Utahns breathed a sigh of relief this week when Congress - nearly at the deadline for adjournment - passed a $45 million bill extending the Central Utah Project for another year, into fiscal 1990. Without such authorization, the project would have had to shut down.
The $45 million was merely a shadow of the original CUP legislation this year. It started out in committee as a $754 million request, was whittled to $420 million, and ran into problems on the House floor.Some members of Congress fought continuation of the project because of its cost. Several of Utah's neighbors raised questions about rights to Upper Colorado River water and the fate of their own water projects. Then there was brief disagreement among members of the Utah congressional delegation about funding, environmental concerns, and payback procedures. All of this combined to put any financing in jeopardy.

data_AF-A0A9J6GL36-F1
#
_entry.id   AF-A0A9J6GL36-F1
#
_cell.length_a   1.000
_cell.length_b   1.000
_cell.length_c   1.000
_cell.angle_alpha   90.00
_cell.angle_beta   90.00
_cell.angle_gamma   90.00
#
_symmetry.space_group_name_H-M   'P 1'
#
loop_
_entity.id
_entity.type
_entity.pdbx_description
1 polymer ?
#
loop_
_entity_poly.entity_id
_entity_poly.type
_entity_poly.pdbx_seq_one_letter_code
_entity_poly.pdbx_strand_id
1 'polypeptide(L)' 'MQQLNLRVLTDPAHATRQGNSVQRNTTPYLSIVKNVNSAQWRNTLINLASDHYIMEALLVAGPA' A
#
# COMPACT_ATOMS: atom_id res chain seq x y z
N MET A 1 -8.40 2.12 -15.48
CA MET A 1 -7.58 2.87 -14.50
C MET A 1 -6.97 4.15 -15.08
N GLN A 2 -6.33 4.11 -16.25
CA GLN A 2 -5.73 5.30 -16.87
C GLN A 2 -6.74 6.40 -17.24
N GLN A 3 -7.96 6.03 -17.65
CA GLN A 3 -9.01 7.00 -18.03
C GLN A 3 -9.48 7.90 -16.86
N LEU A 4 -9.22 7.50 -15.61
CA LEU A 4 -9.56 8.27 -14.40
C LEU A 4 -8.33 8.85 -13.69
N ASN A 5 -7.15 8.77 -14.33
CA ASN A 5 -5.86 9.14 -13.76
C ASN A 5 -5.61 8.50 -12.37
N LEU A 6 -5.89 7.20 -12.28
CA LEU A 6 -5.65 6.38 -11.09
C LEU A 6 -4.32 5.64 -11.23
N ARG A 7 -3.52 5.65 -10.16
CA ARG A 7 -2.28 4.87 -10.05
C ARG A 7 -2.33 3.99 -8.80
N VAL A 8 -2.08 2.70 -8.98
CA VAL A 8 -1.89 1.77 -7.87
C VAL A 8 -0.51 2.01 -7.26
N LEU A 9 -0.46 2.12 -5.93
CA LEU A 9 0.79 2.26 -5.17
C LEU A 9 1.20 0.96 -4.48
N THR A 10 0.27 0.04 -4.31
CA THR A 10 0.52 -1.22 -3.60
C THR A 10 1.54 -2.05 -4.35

By settling for merely extending financing for a year at $45 million, the CUP bill at least guarantees the completion of the Jordanelle Dam and the delivery system to municipal and industrial water users in Salt Lake County.
Even in its drastically reduced form, the measure bounced back and forth between the House and Senate for two weeks as various unrelated amendments were added and dropped. But both houses finally were able to agree on legislation.
That is a real relief. It would have been a disaster for Congress to adjourn and leave the CUP without the ability to proceed. The bill now goes to President Reagan, who is expected to sign in within 10 days.
When a new Congress meets next January, a more comprehensive CUP measure will be introduced to resolve unfinished business and unanswered questions. This time, the Utah congressional delegation should make sure all the members are agreed on what should be done and how it should be paid for. Nothing can kill a proposal faster than lack of unity among its backers.
The CUP has dragged on too long, been delayed too often, and seen costs soar as a result. Let's get it finished as soon as possible.